The pacing on this show was rather interesting. It actually starts out a bit slow and the main character isn't even born until halfway through the first episode. They spend the first few episodes showing the Buxton household and its individual members as they will all play intimate parts in the events that unfold over the next twenty six episodes. I'll admit that some people might find the opening episodes a bit slow, but I found that the character development offered by these enhanced the overall experience of the show. After that point, the show offers enough minor adventures and encounters to help point to some of the mysteries of the show while giving us a bit more insight into Jane and some of her associates. I will note that the identity of Harry Killer, which was played like it should be mystery, is pretty blatantly obvious in my opinion even to a younger viewer though I still think they did a good job of maintaining the dramatic tension concerning that plot point especially in regards to Jane.

Patapata is more about adventure and characters than theme, but they do manage to touch on a few thematic issues ranging from the relationship between morality and technology to the economic exploitation of others. The issues are raised more as they relate to Jane than any deep exploration of the issue, but they are present and many are still quite topical when discussing applications of today's technology or the nature of success at the cost of exploiting others.

I liked what they did with the music of this show. Most of the background music was orchestral and fit in perfectly with the general desert adventure atmosphere of the show. I'll admit since I watched so many of the episodes in rapid succession, some of the music got a bit overly familiar, but I still thought it was good for setting mood. The opening and ending themes aren't particularly spectacular in and of themselves, but I did feel the somewhat rousing opening theme was perfect for capturing the overall mood of the show.

The visual aspects of this show were a bit unusual. Almost all the background work was done with CGI and is surprisingly well integrated. Though character designs tend toward a bit more on the simpler side, they were also individually quite distinctive. This show demonstrated an unusual diversity of basic character design. The 2D animation work tended to be fine and many of the action scenes featuring small vehicles (such as the some of the sand yachts featured early on) are well done.

I wish I could say the same for some of the vehicles done with CGI. While the design work itself is fine, many of the vehicles, particularly the larger airships are not well integrated with the rest of the artwork and their movement is not smooth. Honestly that is one of the few negative points about this show and I enjoyed all the other aspects so much that I'm willing to overlook it.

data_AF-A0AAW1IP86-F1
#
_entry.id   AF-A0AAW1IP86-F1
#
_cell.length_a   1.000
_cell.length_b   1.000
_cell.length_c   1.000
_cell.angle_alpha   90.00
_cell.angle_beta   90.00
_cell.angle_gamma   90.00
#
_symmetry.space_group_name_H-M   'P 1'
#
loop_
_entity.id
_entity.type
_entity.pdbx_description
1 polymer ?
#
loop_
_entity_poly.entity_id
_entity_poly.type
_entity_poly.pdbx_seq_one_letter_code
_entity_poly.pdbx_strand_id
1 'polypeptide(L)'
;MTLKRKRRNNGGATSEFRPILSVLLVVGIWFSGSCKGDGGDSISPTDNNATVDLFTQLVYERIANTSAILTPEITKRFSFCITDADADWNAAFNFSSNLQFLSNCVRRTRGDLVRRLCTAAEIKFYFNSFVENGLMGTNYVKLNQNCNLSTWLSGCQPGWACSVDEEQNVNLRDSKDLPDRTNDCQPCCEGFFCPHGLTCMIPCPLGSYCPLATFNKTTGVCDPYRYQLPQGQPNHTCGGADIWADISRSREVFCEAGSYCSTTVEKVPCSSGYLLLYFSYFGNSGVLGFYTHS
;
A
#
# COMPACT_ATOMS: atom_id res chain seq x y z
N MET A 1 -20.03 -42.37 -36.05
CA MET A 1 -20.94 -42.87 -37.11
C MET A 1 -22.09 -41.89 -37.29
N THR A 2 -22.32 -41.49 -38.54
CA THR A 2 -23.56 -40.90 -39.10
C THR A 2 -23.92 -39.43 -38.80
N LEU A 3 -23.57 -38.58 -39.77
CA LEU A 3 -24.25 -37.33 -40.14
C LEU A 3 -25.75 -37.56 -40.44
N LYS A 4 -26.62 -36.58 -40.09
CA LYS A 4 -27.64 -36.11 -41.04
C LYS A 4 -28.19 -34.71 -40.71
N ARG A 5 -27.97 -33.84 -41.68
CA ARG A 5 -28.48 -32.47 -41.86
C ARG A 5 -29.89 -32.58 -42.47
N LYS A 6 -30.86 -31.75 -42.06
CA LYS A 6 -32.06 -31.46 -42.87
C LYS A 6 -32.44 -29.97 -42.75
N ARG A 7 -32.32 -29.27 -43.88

One of the most enjoyable series I've watched in a while. A classic adventure populated with a large number of likable characters, interesting locales, and a good balance of exciting successes and sad failures. This show is mainly an old-fashioned adventure centered around Jane and despite some brief philosophical questions raised, isn't particularly deep in terms of thematic issues. If you are the kind of person who wants your anime to explore deep existential questions subtract a star. I also suppose if you like your anime a bit more directly brutal or dark, subtract a star. Jeremy A Beard

Recommended Audience: There is a lot of fighting, though you see very few occurrences of people actually being killed on screen. As I noted above there are several deaths that occur in this show including some major characters toward the end. There is one instance of brief rear nudity but there is nothing remotely sexual about the scene. Harry Killer is extremely ruthless and this is demonstrated rather directly toward the end of the show. While this is all a bit too intense for young children, I feel it should be fine for older children. In fact, I think this show would make a wonderful "family" show for both the kids and the parents to enjoy and discuss.



Version(s) Viewed: Prerelease fansub
Review Status: Full (26/26)
Patapata Hikousen no Bouken © 2001 Telecom Animation Film / TMS / Wowow / Koko / Sega / ZET